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Visiting Mideast Expert to Discuss Arab Spring Revolutions

November 1, 2011

Dr. Abraham Sela of the Hebrew University in Jersusalem, an expert on the Arab world and currently a visiting scholar at Carleton College, will present a public lecture on Wednesday, Nov. 2 at 7 p.m. in the College’s Gould Library Athenaeum. Focused on the underlying causes of the revolutions that have overtaken the Arab world and the future of politics in countries such as Egypt and Syria, Sela’s lecture will be followed by a question-and-answer session. Entitled “Understanding the Arab Spring,” this presentation is free and open to the public.

Ever since popular protests in Tunisia ended President Zine al-Abidine Ben Ali’s 23-year rule, unrest and pro-democracy protests have spread across the Middle East in what has come to be known as the Arab Spring. Initially ignited by anger at the suicide of a young, unemployed Tunisian named Mohamed Bouazizi, who set fire to himself after corrupt officials confiscated the vegetable cart that was his only means of livelihood, the calls for an end to dictatorship and corruption spread through social networking sites and have maintained a hold among the region’s large young population—one that is frustrated with unemployment and political repression. Protestors quickly succeeded in toppling Egyptian dictator Hosni Mubarak, and in Libya, rebels backed by NATO have succeeded in deposing Muammar Gaddafi; mass protests continue to meet with brutal military repression in Syria, where over 3,000 protesters have been killed, while other countries in the region have succeeded in placating their populations with promises of political and economic reforms.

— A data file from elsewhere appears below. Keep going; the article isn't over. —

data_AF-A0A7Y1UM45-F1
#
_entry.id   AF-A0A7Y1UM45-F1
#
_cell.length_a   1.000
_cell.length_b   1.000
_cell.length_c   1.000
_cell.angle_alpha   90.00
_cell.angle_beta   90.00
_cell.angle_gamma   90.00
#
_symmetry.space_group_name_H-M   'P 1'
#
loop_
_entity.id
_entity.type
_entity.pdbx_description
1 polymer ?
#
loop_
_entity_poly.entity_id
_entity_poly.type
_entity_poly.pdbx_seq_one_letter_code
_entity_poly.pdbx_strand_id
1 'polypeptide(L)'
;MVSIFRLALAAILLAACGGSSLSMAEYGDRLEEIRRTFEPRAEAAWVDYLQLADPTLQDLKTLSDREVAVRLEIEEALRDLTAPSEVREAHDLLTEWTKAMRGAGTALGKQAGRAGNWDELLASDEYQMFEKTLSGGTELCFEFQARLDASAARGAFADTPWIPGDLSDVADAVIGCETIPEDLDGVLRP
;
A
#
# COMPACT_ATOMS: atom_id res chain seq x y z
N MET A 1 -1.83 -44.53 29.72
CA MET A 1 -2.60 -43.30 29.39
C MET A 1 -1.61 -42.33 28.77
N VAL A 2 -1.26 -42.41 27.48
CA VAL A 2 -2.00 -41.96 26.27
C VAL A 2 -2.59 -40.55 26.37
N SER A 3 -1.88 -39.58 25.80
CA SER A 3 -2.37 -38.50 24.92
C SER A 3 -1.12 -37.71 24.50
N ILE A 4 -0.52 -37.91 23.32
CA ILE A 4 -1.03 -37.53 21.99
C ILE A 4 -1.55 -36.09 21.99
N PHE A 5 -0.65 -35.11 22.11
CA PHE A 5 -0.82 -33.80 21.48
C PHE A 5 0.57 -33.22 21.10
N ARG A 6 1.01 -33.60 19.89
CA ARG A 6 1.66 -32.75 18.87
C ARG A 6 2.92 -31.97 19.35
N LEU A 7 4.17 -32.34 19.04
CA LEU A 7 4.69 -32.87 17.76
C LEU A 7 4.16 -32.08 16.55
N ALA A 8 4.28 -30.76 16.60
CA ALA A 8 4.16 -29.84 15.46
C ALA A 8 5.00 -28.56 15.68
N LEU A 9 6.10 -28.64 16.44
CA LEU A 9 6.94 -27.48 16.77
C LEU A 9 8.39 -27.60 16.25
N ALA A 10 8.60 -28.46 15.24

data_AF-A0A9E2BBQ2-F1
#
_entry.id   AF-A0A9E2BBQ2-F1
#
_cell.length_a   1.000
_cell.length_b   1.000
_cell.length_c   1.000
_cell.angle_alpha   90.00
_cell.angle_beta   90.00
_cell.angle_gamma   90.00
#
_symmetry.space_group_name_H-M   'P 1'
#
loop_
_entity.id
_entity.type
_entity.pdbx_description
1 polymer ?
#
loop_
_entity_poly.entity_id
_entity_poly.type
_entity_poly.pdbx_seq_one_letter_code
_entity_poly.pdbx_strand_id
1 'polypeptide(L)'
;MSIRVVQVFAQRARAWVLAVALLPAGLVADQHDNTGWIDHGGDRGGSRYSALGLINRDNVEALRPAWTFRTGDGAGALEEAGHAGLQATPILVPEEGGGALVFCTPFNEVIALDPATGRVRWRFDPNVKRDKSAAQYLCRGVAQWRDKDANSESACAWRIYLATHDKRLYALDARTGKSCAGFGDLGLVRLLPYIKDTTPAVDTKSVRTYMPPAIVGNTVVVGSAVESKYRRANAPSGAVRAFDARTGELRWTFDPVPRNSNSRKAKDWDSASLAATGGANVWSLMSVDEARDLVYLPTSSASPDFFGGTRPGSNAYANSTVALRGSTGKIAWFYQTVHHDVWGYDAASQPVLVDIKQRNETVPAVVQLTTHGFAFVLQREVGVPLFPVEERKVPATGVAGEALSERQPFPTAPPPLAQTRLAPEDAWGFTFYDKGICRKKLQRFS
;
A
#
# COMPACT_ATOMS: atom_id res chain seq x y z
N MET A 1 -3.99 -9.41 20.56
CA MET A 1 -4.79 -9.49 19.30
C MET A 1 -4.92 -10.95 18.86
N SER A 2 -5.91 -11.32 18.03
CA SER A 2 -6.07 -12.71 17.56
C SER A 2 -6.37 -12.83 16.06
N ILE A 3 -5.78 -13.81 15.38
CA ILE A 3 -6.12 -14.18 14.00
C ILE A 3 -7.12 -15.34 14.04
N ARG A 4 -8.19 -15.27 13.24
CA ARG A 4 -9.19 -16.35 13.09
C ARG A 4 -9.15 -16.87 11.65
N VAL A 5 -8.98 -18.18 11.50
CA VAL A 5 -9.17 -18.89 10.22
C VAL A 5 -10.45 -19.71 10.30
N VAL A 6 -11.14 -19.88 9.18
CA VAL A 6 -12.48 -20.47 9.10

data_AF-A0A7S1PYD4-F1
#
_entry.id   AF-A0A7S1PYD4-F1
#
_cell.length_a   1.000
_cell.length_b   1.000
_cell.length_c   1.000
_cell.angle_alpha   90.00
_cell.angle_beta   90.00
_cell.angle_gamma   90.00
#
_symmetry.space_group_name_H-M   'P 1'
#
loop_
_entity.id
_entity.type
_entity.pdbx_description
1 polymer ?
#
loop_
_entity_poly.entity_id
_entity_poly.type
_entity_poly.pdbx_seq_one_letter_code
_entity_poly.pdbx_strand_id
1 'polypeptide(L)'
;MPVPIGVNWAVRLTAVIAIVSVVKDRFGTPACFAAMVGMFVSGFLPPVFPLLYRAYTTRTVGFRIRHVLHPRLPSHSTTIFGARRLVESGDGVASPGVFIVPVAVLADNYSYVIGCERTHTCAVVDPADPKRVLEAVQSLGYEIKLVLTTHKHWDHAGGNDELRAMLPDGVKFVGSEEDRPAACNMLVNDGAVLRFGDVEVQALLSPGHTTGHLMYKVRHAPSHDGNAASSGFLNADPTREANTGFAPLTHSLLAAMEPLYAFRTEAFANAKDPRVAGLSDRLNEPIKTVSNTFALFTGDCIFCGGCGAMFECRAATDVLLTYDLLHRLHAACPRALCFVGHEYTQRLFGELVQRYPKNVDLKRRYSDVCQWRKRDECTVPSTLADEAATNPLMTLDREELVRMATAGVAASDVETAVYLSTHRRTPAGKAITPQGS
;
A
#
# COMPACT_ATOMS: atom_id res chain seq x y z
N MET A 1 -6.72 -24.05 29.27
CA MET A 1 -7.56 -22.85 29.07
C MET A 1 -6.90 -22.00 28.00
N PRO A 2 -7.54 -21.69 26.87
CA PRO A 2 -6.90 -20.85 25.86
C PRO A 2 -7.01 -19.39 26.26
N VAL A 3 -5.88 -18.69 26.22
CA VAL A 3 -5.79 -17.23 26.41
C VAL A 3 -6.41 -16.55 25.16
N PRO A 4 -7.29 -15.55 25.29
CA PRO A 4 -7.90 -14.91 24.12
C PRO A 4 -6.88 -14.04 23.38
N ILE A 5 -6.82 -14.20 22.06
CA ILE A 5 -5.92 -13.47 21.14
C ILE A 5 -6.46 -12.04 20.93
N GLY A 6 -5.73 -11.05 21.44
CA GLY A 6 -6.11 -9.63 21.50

Regarded as one of the world’s foremost experts on the Israeli-Palestinian conflict and a well-known scholar of the Arab and Muslim worlds, Abraham Sela is the A. Ephraim and Shirley Diamond Chair in International Relations at Hebrew University in Jerusalem and is currently serving as Carleton’s Benedict Distinguished Visiting Scholar. He is the author of several books, including The Decline of the Arab-Israeli Conflict: Middle East Politics and the Quest for Regional Order (SUNY Press, 1998) and The Palestinian Hamas: Vision, Violence, and Adjustment (Columbia University Press, 2000), which he co-authored with Shaul Mishal.

This event is sponsored by the Carleton College Humanities Center and the Department of Political Science. For further information and disability accommodations, call (507) 222-4217 or email nlambert@carleton.edu. The Gould Library Athenaeum is located in the Laurence M. Gould Library, accessible via Highway 19 in Northfield, on the Carleton College campus.

Written by Alex Korsunsky '12